(in Greek called Dorcas), gazelle, a disciple at Joppa. She was distinguished for her alms-deeds and good works. Peter, who was sent for from Lydda on the occasion of her death, prayed over the dead body, and said, "Tabitha, arise." And she opened her eyes and sat up; and Peter "gave her his hand, and raised her up; and calling the saints and widows, he presented her alive" (Ac 9:36-43).
Aramaic, corresponding to Hebrew tsebiah, "a female gazelle," Dorcas (Ac 9:36), the emblem of beauty. The Christian woman at Joppa, "full of good works and alms deeds" (as making coats and garments for poor widows, compare Job 31:19-20), who was raised from the dead by Peter's prayer and words under the Spirit, "Tabitha, arise." Many in consequence believed in the Lord. Peter's miraculous cure of Aeneas at Lydda was what led Tabitha's believing friends to send so far, that he should come to them, with the hope of God's power working by him even on the dead. After Christ's example in the case of Jairus' daughter, "Peter put them all forth," and prayed (compare Joh 11:41-42), and then when he felt he had obtained his request spoke the word of power, and gave her his hand to lift her up (Mt 9:25; Mr 5:40-41).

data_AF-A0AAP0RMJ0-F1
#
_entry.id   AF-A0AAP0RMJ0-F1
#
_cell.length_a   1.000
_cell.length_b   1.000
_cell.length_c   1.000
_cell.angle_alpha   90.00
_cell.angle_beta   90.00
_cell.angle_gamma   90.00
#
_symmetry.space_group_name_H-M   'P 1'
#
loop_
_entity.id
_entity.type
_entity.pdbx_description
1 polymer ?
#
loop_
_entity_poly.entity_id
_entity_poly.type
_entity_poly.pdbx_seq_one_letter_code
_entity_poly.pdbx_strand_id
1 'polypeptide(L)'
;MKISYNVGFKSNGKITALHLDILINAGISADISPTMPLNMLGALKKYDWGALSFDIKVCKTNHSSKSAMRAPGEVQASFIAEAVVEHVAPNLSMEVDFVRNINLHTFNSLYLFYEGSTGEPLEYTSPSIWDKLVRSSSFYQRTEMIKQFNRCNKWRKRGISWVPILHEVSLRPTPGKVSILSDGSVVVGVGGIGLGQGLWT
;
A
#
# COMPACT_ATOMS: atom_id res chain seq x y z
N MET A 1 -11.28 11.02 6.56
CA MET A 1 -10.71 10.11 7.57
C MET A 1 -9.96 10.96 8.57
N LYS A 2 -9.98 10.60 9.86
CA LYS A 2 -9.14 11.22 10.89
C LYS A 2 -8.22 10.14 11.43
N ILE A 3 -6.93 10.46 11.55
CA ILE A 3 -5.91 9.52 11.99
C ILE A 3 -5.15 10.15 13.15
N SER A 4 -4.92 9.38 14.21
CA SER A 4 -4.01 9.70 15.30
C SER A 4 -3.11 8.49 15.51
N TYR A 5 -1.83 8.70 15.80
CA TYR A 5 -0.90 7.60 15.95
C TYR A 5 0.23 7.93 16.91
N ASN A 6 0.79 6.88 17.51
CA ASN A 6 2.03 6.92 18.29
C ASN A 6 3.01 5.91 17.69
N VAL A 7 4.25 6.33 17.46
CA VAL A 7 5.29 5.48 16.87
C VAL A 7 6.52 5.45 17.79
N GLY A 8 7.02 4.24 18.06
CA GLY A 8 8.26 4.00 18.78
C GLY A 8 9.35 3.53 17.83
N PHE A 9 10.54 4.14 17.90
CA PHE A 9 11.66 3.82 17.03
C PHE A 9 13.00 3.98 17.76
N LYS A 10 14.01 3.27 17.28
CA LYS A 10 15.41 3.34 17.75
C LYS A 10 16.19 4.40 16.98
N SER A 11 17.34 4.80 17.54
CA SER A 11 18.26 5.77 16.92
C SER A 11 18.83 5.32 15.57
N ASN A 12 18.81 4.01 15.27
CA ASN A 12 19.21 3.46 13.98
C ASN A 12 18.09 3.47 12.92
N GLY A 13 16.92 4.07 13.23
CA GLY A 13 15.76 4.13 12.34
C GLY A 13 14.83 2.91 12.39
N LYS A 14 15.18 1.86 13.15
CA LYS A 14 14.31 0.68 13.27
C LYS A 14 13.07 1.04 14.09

A disciple at Joppa, who made clothes for the poor and was "full of good works." She was raised to life by Peter. Ac 9:36-41. She was also named DORCAS, which is the Greek form of the Syriac Tabitha.
(gazelle), also called Dorcas by St. Luke, a female disciple of Joppa, "full of good works" among which that of making clothes for the poor is specifically mentioned. While St. Peter was at the neighboring town of Lydda, Tabitha, died; upon which the disciples at Joppa sent an urgent message to the apostle begging him to come to them without delay. Upon his arrival Peter found the deceased already prepared for burial, and laid out in an upper chamber, where she was surrounded by the recipients and the tokens of her charity after the example of our Saviour in the house of Jairus,
Peter put them all forth, prayed for the divine assistance, and then commanded Tabitha to arise. Comp.
Mr 5:41; Lu 8:51
She opened-her eyes and sat up, and then, assisted by the apostle, rose from her couch. This great miracle, as we are further told produced an extraordinary effect in Joppa, and was the occasion of many conversions there.
The name "Tabitha" is an Aramaic word signifying a "female gazelle." St. Luke gives "Dorcas" as the Greek equivalent of the name.